Monday, April 07, 2008

Growing old together

Twenty years hence my eyes may grow,
If not quite dim, yet rather so;
Yet yours from others they shall know,
Twenty years hence.


Last week in clinic I saw a couple in a joint appointment, and in the course of conversation, I discovered that they were about to celebrate their 60th wedding anniversary. What touched me about the discovery was how very much in love they still seemed to be. When I encouraged the wife to be sparing in her use of narcotic pain relievers for her chronic back pain, her husband jokingly chided her, calling her "you drug addict," but with a twinkle in his eye that made the sarcasm obvious.

"60 years of gentle harassment?" I inquired.

Before the husband could say anything else, his wife replied: "Best decision I ever made. And I figure we're good for another 15 or so."

I've been smiling all week remembering the look they gave each other at that point.

7 comments:

Thainamu said...

:-)

tmu said...

Grow old along with me! Robert Browning -- first stanza:

Grow old along with me!
The best is yet to be,
The last of life, for which the first was made:
Our times are in His hand
Who saith "A whole I planned,
Youth shows but half; trust God: see all, nor be afraid!"


:)

elrj said...

Leaves us all with something to aspire to. I feel that response when I see elderly people holding hands when they walk. Heck, it may simply be to keep each other stable and upright, but it seems so nice that they even WANT to after all those years and years.

Doc's Girl said...

I love old couples in love, especially at the hospital. They cheer you up no matter what is going on...:)

riverie said...

aww

Al said...

note: not a native english speaker writing.

Our team arrived in the early afternoon. It was allegedly an 1 green code: trauma with no life threathening complications.

A family doctor was waiting for us, with a diligent bag in his hand. He said: "he broke his hip. Beware he is a bit in a state of stupor".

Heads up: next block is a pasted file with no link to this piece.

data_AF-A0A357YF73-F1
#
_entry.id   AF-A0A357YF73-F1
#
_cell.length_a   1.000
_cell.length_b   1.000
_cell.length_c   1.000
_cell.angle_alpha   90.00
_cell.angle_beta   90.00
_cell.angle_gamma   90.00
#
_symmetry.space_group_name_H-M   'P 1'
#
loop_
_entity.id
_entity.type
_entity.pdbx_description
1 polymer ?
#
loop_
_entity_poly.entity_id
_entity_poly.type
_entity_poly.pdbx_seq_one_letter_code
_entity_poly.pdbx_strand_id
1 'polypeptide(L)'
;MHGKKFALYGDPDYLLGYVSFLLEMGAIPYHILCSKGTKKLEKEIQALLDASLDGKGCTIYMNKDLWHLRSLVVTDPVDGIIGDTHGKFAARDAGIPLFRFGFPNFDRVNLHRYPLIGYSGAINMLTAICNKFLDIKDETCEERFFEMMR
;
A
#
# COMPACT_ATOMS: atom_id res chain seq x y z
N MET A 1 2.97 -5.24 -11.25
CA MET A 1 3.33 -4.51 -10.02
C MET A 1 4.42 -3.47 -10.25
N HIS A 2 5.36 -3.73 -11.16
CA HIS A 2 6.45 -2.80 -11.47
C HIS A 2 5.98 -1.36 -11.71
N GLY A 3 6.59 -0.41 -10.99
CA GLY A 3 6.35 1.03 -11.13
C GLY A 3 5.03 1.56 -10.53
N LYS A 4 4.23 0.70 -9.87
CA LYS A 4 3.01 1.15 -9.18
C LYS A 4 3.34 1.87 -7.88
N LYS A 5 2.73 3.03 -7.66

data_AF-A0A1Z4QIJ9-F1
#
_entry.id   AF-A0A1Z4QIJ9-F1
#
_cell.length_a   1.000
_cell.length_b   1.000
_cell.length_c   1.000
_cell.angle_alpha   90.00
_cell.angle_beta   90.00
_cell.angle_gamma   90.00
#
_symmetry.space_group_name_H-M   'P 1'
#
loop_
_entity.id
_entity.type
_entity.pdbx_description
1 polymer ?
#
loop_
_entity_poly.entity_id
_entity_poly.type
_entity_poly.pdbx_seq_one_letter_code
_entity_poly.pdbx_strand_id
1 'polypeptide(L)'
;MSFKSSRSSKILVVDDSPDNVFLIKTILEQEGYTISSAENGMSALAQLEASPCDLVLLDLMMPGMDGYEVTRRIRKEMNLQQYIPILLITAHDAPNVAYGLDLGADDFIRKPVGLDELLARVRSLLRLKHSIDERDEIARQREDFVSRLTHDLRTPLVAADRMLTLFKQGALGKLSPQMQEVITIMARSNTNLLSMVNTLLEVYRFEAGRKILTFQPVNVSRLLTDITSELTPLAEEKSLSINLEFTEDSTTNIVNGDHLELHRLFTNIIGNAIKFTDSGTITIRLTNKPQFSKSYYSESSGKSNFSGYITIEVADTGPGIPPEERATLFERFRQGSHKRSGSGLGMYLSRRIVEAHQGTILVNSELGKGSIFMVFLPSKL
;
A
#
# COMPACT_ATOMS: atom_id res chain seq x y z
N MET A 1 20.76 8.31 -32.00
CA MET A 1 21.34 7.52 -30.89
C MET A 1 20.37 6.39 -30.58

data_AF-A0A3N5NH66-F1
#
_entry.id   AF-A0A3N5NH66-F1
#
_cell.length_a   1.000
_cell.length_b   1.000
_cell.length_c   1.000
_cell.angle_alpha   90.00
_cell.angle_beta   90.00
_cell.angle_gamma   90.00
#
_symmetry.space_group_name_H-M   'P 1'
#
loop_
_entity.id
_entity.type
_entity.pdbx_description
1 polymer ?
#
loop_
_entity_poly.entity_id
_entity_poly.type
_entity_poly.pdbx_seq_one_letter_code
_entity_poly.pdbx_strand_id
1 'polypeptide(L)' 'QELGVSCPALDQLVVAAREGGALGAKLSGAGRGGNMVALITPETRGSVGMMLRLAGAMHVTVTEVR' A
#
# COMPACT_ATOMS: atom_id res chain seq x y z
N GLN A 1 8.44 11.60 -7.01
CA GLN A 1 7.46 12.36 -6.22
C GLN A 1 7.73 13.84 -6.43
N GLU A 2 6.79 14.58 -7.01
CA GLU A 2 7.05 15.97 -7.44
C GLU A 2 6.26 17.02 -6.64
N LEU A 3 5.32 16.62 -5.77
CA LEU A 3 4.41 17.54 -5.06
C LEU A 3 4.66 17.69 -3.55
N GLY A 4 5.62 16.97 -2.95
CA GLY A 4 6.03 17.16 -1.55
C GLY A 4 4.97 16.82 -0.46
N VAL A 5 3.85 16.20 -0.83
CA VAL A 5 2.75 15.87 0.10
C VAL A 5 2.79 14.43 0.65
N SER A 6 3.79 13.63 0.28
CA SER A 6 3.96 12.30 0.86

So, we had a diagnosis.

We went in the room. This old man was 94 as I learned later. His wife was about same age and weeping on him.
The guy had his right leg dangling down the bed, and the broken one, the left one, was on the bed, straight.

This man started asking me who i was, the name of my father, and if he was the engineer of the apartment beside. I said no sir, my dad isn't an engineer. well, wasn't he in a state of "stupor" after all...?

All the time the man was holding my orange jacket with his right hand.
He waved a lot this hand and arm and pointed to light, to his glasses that i put on his eyes, to everything trying to asses what was around him by right hand contact. All the time moving his right hand continuously.

Also our team doctor assumed his leg was broken, the left one.

All the time the old man kept gesticulating with his right hand.
His wife was weeping over him and he was touching her - again with his right hand.

Pretty funny uh, a 94yo man with his left leg broken, who accuses no leg pain and who has an intact right leg and a right arm that he moves continuously.
And two doctors who say that he has a left broken leg.

His face was normal. I checked his pupils. All normal.
And yet all the time he kept holding people around with his right arm.

I think even you who read, without being there, already guessed it. I did, and I am no doctor. I said nothing, as the man kept holding my jacket with the right hand.

We took him to the trauma center as the 2 doctors suggested, from where after 2 minutes they told us why the hack we brought him there: that was definitely the wrong department for a brain stroke on a man with (even!) no bone injury.

I had actually in mind a story about an old couple, 80+, she paralyzed in bed for 25 years and he sleeping in the bed beside her though he was impaired too.
But then this other one overcame in my mind.

It is both vanity (mine: I understood what really happened) and vileness (i said nothing lest being reproached by doctors).

But this story tells us one thing: Hugh Laurie in "HOuse MD" does not focus on the difficulty of diagnosis as a scenic fabrication: making the right diagnosis evidently can be THAT difficult.

For it is not a matter of erudition: it is a matter of sensibility too. If for you a patient is just a thing you must dispatch onto some bed, a machine with a broken wheel, youi will make a mechanical diagnosis and you will be SCARED of considering him or her as a human being: you just consider him an old windbag who doesn't know what he is saying.

But if you take interest in the person, then you may see no longer an old windbag with a broken leg: you can see the right thing: a 94yo human being who just endured a stroke in front of his weeping wife who, probably, undertood the seriousness of his "stupor" much better than doctors.

Dragonfly said...

That is lovely. My parents have been married 35 years and every year my father says (jokingly) "you only get 15 for manslaughter. Such a "Dad joke".